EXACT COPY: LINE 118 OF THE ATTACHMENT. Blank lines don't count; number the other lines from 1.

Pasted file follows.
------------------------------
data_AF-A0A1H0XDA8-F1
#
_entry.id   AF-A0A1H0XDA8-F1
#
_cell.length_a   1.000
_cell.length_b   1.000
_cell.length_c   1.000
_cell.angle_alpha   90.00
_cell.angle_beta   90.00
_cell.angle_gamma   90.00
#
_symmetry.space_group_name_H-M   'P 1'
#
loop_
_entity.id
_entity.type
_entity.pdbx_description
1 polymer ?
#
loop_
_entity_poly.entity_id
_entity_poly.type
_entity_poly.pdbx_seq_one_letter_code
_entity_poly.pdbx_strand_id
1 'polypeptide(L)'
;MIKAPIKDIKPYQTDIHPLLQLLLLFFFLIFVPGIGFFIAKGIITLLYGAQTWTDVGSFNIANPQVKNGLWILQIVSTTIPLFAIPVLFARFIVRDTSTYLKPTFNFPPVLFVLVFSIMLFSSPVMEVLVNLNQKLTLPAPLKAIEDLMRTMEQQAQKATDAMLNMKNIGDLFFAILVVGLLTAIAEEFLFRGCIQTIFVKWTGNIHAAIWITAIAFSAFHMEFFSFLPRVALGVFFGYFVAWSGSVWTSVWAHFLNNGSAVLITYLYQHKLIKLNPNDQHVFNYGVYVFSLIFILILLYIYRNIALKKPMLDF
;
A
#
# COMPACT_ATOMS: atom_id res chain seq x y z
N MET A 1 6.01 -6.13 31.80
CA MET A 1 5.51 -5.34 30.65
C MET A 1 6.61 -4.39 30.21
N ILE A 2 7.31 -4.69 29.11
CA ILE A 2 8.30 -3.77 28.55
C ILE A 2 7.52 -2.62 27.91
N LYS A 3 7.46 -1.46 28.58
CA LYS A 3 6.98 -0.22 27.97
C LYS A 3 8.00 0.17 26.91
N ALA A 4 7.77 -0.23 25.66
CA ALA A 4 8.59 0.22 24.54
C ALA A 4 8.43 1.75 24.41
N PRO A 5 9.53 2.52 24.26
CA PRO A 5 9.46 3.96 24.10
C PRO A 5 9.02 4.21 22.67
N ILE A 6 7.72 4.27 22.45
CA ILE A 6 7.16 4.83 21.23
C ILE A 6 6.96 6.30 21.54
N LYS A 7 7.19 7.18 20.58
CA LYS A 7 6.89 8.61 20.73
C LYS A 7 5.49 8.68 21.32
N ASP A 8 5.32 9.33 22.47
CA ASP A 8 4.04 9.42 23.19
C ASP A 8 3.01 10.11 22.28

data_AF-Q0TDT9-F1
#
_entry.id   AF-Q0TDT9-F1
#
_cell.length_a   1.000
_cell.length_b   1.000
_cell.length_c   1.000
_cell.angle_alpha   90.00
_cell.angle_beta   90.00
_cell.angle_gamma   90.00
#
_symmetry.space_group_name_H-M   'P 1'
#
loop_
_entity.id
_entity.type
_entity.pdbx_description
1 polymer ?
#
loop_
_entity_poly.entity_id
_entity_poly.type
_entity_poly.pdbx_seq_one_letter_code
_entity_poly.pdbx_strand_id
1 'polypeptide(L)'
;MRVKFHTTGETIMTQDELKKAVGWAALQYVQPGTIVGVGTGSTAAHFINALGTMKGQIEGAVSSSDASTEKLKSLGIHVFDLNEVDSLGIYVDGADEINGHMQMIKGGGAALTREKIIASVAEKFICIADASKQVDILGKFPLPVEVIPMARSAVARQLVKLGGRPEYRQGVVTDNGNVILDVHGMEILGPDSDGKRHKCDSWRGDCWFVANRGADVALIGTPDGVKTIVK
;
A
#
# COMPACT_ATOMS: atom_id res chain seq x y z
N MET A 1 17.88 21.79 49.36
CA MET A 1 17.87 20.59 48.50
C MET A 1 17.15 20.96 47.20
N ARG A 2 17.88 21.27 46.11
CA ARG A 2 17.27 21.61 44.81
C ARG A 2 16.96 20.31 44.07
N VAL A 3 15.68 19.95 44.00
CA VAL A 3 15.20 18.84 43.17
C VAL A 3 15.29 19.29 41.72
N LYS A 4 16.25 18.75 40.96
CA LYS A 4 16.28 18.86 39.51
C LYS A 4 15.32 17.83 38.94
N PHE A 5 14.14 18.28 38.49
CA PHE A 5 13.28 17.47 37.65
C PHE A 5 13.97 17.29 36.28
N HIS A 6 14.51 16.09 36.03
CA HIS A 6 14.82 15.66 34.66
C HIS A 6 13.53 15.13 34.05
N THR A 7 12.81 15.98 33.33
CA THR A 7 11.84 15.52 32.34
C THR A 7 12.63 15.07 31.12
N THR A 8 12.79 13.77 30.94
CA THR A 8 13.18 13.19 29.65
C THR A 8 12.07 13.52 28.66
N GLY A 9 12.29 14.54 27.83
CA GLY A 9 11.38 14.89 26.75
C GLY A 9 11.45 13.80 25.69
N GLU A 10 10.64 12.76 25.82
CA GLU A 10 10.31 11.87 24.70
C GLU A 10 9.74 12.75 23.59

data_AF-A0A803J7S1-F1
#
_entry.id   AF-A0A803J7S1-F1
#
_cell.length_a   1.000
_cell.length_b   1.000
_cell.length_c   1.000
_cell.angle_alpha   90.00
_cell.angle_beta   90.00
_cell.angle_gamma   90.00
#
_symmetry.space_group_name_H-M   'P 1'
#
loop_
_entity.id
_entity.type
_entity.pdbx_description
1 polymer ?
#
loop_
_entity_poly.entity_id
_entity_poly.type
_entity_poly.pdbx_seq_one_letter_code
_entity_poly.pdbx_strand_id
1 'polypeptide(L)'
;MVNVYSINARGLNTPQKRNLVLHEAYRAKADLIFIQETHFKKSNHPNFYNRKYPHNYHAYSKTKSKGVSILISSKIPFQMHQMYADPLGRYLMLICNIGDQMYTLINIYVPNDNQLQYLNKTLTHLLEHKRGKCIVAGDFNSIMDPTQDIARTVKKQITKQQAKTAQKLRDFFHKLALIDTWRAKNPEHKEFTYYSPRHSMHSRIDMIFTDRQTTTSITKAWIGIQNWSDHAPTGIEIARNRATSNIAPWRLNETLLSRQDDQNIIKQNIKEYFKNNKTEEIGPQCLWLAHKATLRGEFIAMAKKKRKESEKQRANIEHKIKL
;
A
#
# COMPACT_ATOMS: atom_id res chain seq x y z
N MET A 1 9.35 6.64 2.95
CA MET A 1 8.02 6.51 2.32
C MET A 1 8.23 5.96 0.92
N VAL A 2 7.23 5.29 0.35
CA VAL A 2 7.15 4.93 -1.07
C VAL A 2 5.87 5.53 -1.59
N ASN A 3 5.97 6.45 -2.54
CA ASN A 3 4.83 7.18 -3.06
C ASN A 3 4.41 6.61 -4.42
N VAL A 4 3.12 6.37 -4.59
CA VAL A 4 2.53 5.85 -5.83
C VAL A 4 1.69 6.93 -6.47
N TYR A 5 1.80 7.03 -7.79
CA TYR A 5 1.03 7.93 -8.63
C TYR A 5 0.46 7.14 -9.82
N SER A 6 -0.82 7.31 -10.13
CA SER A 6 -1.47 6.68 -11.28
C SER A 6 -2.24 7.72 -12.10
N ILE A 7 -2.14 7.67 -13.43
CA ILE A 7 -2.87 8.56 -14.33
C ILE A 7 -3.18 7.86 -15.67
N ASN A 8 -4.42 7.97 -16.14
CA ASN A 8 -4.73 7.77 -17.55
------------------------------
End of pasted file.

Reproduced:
#